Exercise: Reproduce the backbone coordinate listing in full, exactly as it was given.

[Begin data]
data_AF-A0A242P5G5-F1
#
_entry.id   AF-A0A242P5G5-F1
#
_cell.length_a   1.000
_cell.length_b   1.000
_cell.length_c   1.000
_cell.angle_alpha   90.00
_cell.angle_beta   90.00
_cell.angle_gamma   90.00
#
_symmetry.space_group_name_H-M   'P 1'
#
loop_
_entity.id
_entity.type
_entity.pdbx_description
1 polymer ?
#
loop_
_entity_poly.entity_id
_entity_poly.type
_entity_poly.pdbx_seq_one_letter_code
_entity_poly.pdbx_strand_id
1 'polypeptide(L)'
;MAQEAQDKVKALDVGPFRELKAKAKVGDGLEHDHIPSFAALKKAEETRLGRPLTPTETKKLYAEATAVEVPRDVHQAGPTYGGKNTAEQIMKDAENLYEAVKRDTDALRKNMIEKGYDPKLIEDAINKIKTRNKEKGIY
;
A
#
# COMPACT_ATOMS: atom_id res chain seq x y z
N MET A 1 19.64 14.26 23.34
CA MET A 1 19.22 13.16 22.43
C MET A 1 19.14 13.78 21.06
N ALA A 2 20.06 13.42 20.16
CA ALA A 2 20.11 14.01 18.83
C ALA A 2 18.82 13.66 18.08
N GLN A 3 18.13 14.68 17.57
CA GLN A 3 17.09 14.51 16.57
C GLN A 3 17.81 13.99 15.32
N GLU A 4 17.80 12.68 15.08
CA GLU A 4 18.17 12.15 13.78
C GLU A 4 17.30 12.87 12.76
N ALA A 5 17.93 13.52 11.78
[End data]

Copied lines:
data_AF-A0A242P5G5-F1
#
_entry.id   AF-A0A242P5G5-F1
#
_cell.length_a   1.000
_cell.length_b   1.000
_cell.length_c   1.000
_cell.angle_alpha   90.00
_cell.angle_beta   90.00
_cell.angle_gamma   90.00
#
_symmetry.space_group_name_H-M   'P 1'
#
loop_
_entity.id
_entity.type
_entity.pdbx_description
1 polymer ?
#
loop_
_entity_poly.entity_id
_entity_poly.type
_entity_poly.pdbx_seq_one_letter_code
_entity_poly.pdbx_strand_id
1 'polypeptide(L)'
;MAQEAQDKVKALDVGPFRELKAKAKVGDGLEHDHIPSFAALKKAEETRLGRPLTPTETKKLYAEATAVEVPRDVHQAGPTYGGKNTAEQIMKDAENLYEAVKRDTDALRKNMIEKGYDPKLIEDAINKIKTRNKEKGIY
;
A
#
# COMPACT_ATOMS: atom_id res chain seq x y z
N MET A 1 19.64 14.26 23.34
CA MET A 1 19.22 13.16 22.43
C MET A 1 19.14 13.78 21.06
N ALA A 2 20.06 13.42 20.16
CA ALA A 2 20.11 14.01 18.83
C ALA A 2 18.82 13.66 18.08
N GLN A 3 18.13 14.68 17.57
CA GLN A 3 17.09 14.51 16.57
C GLN A 3 17.81 13.99 15.32
N GLU A 4 17.80 12.68 15.08
CA GLU A 4 18.17 12.15 13.78
C GLU A 4 17.30 12.87 12.76
N ALA A 5 17.93 13.52 11.78